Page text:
Talking can be a way to cope with a problem you’ve been carrying around in your head for a while. Just being listened to can help you feel supported and less alone.
Regular exercise can boost your self-esteem and can help you concentrate, sleep, and look and feel better. Exercise keeps the brain and your other vital organs healthy.
Your brain needs a mix of nutrients stay healthy and function well, just like the rest of your body. A diet that’s good for your physical health is also good for your mental health.
Drinking is not a good way to manage difficult feelings. Some people drink to deal with fear or loneliness, but the effect is only temporary. When the drink wears off, you feel worse.
There’s nothing better than catching up with someone. Meet up, give them a call, send a text or message them on Facebook. Keep the lines of communication open: it’s good for you!
We all get tired or overwhelmed when things don’t go to plan. Ask for help if you need it. Your family or friends may be able to offer practical help, and there are local services to help.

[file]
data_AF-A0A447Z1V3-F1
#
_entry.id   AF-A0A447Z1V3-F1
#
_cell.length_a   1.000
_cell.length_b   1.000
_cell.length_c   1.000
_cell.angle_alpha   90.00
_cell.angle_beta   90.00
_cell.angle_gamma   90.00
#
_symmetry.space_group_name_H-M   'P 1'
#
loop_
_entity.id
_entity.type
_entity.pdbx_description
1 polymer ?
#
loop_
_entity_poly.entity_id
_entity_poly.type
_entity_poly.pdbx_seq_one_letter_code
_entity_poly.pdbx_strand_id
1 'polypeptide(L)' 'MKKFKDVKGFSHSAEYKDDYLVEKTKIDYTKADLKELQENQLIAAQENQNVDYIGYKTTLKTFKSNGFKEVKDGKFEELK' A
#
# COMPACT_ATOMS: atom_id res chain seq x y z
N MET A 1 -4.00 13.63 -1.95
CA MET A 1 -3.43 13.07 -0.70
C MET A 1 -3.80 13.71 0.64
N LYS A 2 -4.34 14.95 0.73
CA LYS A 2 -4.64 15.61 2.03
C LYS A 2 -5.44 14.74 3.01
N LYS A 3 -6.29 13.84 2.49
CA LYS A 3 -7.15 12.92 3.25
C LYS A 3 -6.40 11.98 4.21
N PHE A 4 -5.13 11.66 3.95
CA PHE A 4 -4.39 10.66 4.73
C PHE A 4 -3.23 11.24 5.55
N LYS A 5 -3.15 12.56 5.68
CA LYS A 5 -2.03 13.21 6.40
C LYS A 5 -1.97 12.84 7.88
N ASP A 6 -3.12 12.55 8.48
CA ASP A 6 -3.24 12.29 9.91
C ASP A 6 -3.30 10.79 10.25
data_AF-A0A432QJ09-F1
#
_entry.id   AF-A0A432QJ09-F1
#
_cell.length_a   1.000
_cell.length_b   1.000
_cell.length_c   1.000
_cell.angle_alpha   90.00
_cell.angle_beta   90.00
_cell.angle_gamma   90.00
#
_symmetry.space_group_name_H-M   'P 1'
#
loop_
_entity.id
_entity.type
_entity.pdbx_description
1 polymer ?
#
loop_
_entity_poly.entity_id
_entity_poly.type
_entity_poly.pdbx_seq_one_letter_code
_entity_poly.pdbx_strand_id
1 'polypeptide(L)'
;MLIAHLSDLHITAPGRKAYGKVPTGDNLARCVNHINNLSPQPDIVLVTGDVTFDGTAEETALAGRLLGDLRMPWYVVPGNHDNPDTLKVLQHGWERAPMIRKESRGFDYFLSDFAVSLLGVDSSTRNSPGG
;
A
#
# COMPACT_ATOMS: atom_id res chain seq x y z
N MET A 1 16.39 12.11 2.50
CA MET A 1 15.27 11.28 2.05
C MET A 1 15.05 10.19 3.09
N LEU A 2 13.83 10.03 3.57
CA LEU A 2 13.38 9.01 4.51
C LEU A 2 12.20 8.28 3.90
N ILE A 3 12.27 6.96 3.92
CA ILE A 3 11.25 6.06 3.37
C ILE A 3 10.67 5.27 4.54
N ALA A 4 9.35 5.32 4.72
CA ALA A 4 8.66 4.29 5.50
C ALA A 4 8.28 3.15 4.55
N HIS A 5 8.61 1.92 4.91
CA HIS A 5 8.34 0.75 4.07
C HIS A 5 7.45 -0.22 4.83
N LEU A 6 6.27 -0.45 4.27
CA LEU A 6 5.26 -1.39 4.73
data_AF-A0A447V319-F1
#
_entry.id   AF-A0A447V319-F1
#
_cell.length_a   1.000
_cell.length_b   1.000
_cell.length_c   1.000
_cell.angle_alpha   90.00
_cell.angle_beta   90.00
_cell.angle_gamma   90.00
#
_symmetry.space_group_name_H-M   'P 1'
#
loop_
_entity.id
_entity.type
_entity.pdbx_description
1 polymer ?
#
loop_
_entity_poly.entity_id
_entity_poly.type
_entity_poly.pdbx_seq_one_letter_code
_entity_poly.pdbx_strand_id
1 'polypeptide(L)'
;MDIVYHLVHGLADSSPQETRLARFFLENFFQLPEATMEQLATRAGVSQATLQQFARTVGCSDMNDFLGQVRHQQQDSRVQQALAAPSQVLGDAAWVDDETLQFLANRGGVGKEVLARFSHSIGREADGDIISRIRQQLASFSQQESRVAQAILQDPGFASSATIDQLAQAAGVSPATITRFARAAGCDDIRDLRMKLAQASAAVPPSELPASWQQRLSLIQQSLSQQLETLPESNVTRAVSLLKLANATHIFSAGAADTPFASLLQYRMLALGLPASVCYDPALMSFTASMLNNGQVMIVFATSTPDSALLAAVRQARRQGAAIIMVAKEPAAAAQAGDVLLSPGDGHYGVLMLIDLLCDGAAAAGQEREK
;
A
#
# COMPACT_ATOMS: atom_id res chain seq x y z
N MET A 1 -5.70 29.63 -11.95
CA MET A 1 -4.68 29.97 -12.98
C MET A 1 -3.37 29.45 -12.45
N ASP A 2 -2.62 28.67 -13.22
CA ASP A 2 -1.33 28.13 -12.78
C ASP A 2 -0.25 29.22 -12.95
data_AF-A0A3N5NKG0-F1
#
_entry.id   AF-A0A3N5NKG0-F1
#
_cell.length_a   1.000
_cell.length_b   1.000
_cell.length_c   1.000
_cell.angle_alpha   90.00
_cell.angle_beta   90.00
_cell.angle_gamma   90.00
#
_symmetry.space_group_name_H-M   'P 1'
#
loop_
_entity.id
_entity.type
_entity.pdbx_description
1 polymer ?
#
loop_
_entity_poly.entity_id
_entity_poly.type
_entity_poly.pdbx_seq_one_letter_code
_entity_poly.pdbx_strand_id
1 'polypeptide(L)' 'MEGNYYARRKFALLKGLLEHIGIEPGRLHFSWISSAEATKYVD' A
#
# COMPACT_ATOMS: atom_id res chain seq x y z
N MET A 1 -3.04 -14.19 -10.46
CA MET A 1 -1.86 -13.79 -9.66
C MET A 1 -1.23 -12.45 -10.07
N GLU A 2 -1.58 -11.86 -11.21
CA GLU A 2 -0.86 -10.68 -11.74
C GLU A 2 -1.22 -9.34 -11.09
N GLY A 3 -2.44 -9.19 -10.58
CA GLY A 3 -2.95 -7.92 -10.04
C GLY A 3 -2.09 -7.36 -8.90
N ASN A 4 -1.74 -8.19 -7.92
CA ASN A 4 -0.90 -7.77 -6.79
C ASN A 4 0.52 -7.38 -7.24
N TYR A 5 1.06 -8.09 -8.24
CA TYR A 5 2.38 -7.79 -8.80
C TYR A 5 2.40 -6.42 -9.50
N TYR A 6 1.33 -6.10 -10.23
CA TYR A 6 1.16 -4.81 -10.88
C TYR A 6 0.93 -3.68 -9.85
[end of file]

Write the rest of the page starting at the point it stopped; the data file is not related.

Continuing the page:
“Mental health problems are rare.”
WRONG 1 in 4 people will experience a mental health problem every year.
“Young people just go through ups and downs.”
WRONG 1 in 10 young people will experience a mental health problem.
“People with mental health problems are usually violent.”
WRONG People with mental health illness are more likely to be the victim of Violence.
“People with mental health problems don’t experience discrimination.”
WRONG 9 out 10 people with mental health problems experience stigma and discrimination.
“It’s easy for young people to talk to friends about their feelings.”
WRONG Nearly 3 in 4 young people fear the reaction of friends when they talk about mental health.
Bassetlaw Mind work to support everyone experiencing a mental health problem.